When it comes to the historic bus journey linking the divided territory of Kashmir, not everybody living in Pakistan-administered Kashmir is worked up.
Three million people live in Pakistan-administered Kashmir
"Who can help feeling excited about a vacation in Srinagar?" asks a cynical local journalist in Rawalakot town, where you are more likely to come across visiting expatriates, visa seekers and recruitment agents than religious and political ideologues willing to die for whatever they believe in.
"If you are looking for a glimpse of the mood surrounding the bus service, you have come to the wrong place," he says.
But then, Pakistan-administered Kashmir - a thin strip of land running northwest along the edge of northern Punjab - is not an easy place to understand.
For a land so small by sub-continental standards - just over 5,000 square miles (13,000 sq km) housing some three million people - the region has more variety of opinion when it comes to relations with India than perhaps any other part of the country.
There are the religious parties who would settle for nothing but the handover of Indian-administered Kashmir to Pakistan.
There are secular groups who want nothing short of complete independence - from both India and Pakistan.
And within these two broad streams, there are dozens of ethnic voices that would each like a state of its own.
For most of the last half-century or so, Kashmiris on the Pakistani side have faithfully followed the line taken by the parties they support.
But that is not all.
Looking to the West
Public opinion in Pakistan-administered Kashmir also has strong geographical moorings.
In the affluent southeast, including the cities of Mirpur and Rawalakot, the political debate over Kashmir's status lost its place in public discourse a long time ago.
Few in these cities look back at Srinagar anymore - so focused they are on western capitals where most of them have made their fortunes.
A mock missile looking toward India on the outskirts of Muzaffarabad
Businessmen in Mirpur accept the UK currency and it is not uncommon to be reminded of the British chain Tesco's in its supermarkets.
Rawalakot, once a dusty little town, has recently distinguished itself for its distinctly European architecture. As diaspora money from all over Europe continues to pour in, the town shows little signs of being a part of a land that has been at war for over 50 years.
Moving northeast, one comes to Muzaffarabad, the regional capital.
The city is more a microcosm of what goes on in Islamabad than in Kashmir.
The excitement here has more to do with the commerce of the bus venture than its politics.
Hotels have doubled rates for the event and private taxis have sped into the city by the dozens.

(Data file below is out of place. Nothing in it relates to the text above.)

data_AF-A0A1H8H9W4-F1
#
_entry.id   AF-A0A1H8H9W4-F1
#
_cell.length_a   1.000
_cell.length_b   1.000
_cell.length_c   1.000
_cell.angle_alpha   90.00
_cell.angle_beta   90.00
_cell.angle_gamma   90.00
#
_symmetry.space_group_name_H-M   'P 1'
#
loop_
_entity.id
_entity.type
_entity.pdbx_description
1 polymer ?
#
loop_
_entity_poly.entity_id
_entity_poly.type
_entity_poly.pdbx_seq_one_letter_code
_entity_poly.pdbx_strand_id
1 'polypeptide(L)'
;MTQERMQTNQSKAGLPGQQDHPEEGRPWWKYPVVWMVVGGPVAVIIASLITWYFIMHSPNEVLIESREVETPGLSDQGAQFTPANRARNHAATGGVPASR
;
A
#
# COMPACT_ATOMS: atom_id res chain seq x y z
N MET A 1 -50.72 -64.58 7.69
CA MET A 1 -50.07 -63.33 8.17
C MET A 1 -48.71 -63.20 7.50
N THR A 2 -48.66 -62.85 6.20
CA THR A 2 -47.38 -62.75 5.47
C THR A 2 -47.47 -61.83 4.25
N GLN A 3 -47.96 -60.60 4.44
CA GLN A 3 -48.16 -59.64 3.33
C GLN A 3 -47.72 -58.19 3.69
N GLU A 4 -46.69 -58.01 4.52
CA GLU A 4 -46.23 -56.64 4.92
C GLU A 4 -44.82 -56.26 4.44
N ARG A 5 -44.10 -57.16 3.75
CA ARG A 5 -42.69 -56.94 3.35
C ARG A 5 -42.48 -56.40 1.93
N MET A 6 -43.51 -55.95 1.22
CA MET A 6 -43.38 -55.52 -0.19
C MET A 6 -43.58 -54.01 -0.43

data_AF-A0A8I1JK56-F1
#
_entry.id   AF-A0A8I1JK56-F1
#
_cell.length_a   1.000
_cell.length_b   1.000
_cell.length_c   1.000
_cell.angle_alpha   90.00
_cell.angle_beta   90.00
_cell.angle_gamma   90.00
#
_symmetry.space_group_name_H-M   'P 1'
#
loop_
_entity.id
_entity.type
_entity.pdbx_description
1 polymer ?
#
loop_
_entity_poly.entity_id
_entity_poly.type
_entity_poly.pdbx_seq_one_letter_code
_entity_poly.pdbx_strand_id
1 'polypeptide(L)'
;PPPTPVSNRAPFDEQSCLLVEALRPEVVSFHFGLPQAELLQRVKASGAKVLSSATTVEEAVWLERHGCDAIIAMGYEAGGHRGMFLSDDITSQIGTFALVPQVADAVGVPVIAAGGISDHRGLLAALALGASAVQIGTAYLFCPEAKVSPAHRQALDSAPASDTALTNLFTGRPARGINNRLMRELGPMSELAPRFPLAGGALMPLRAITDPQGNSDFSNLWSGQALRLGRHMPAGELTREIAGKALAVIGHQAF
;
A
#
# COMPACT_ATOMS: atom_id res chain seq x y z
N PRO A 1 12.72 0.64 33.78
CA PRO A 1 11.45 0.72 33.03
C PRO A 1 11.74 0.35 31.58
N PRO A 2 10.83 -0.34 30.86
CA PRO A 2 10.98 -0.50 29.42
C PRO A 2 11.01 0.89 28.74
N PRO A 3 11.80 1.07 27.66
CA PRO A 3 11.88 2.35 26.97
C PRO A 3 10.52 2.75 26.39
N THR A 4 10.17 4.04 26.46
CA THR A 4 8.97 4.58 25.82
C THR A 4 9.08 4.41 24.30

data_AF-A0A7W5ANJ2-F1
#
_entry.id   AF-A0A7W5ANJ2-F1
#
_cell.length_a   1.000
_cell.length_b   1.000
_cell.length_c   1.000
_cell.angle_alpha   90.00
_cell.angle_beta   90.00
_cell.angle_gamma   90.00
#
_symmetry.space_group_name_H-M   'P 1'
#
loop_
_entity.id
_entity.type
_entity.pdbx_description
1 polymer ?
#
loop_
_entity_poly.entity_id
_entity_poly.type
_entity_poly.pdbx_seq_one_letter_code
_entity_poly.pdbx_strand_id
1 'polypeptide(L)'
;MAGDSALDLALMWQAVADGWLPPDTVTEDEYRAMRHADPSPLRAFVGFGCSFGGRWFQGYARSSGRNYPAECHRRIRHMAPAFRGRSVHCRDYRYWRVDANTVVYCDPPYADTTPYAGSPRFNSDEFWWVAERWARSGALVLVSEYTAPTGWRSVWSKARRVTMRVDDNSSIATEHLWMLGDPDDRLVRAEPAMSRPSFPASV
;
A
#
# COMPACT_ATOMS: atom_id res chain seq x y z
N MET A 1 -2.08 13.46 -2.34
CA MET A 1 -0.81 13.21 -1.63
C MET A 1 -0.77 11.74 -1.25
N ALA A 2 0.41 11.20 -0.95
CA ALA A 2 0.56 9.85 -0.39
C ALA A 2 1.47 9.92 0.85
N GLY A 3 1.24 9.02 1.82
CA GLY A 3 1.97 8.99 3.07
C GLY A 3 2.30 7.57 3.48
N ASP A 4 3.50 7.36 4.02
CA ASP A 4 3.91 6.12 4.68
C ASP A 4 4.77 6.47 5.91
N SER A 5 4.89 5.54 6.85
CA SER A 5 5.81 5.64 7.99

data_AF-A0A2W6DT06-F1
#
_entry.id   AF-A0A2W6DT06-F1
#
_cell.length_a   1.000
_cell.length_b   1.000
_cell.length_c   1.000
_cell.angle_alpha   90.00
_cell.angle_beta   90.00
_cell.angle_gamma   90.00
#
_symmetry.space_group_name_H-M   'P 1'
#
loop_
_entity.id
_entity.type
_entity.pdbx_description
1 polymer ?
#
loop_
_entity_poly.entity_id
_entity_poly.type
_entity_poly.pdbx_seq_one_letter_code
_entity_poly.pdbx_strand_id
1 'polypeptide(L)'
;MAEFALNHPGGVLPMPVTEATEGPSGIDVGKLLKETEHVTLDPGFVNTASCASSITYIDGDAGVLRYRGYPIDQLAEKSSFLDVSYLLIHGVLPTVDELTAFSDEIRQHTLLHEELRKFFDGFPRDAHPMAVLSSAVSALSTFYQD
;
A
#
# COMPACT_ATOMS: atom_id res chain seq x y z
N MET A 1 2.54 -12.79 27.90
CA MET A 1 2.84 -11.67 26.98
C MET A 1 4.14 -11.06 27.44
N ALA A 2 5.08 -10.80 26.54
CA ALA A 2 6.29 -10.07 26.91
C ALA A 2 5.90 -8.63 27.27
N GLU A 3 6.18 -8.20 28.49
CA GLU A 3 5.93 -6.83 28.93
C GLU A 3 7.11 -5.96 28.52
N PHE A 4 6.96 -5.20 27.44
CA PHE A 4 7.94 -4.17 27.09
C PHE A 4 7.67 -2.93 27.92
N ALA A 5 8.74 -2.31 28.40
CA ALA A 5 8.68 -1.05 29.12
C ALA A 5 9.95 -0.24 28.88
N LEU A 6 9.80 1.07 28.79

Even the price of food has gone up and private residences are accepting paying guests. Everyone has a reason to feel excited - the reason in most cases being money.
A Pakistani bus takes part in a rehearsal near Muzaffarabad
It is not until one reaches the relatively inaccessible north-western towns that the true significance of the bus starts becoming visible.
Here is a Kashmir that not many Pakistanis have seen or even heard of.
The tiny settlements along the gurgling Neelum river are inhabited by a shy and introverted people.
They are extremely polite and hospitable, the kind who look uncomfortable charging for a cup of tea.
"I have not even been to Muzaffarabad, let alone Srinagar," says Mohammed Afsar, a 60-year-old resident of Chaliana.
This stunningly beautiful town, set against snow-capped peaks, can hold one's gaze forever.
But Afsar is deeply excited about the bus service.
"I only want to go there," he says, pointing to the hills across the river on the Indian side.
Afsar says he has been praying for the success of the bus service because he has not been able to go across to see his relatives for over 15 years now - or since the insurgency started in Kashmir.
"If today they are taking people to Srinagar, tomorrow they may allow us to cross this river and visit our friends and relatives," he says.
His son, a carpenter, last visited Muzaffarabad, only a 90-minute drive away, some three months ago when he wanted some new tools.
"I have no idea," he grins, when asked what he thinks of the bus.
"But I would like to go there," he says, pointing in the same direction as his father.
There is no excitement of better economic opportunities in their voices.
Just a sadness that for so long, they have been denied a simple pleasure in what is already a very simple life.